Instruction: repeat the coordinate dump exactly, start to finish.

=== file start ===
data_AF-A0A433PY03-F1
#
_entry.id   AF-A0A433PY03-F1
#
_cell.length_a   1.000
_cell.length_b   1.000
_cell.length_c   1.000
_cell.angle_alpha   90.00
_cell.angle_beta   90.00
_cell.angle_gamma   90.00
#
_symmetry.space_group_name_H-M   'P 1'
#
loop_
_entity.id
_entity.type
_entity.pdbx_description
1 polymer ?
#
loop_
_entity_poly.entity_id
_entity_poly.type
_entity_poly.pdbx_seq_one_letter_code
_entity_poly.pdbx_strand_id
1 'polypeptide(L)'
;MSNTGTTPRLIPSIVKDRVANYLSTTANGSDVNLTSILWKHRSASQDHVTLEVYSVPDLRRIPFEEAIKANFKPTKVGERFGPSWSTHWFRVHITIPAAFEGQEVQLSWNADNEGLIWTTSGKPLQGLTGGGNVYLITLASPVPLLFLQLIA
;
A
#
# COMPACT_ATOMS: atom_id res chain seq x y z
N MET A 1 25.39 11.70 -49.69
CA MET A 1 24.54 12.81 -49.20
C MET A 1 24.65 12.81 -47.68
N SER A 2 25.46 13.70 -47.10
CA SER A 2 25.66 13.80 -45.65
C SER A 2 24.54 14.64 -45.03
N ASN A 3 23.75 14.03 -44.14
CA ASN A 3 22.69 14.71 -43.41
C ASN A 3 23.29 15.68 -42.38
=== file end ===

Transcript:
data_AF-A0A433PY03-F1
#
_entry.id   AF-A0A433PY03-F1
#
_cell.length_a   1.000
_cell.length_b   1.000
_cell.length_c   1.000
_cell.angle_alpha   90.00
_cell.angle_beta   90.00
_cell.angle_gamma   90.00
#
_symmetry.space_group_name_H-M   'P 1'
#
loop_
_entity.id
_entity.type
_entity.pdbx_description
1 polymer ?
#
loop_
_entity_poly.entity_id
_entity_poly.type
_entity_poly.pdbx_seq_one_letter_code
_entity_poly.pdbx_strand_id
1 'polypeptide(L)'
;MSNTGTTPRLIPSIVKDRVANYLSTTANGSDVNLTSILWKHRSASQDHVTLEVYSVPDLRRIPFEEAIKANFKPTKVGERFGPSWSTHWFRVHITIPAAFEGQEVQLSWNADNEGLIWTTSGKPLQGLTGGGNVYLITLASPVPLLFLQLIA
;
A
#
# COMPACT_ATOMS: atom_id res chain seq x y z
N MET A 1 25.39 11.70 -49.69
CA MET A 1 24.54 12.81 -49.20
C MET A 1 24.65 12.81 -47.68
N SER A 2 25.46 13.70 -47.10
CA SER A 2 25.66 13.80 -45.65
C SER A 2 24.54 14.64 -45.03
N ASN A 3 23.75 14.03 -44.14
CA ASN A 3 22.69 14.71 -43.41
C ASN A 3 23.29 15.68 -42.38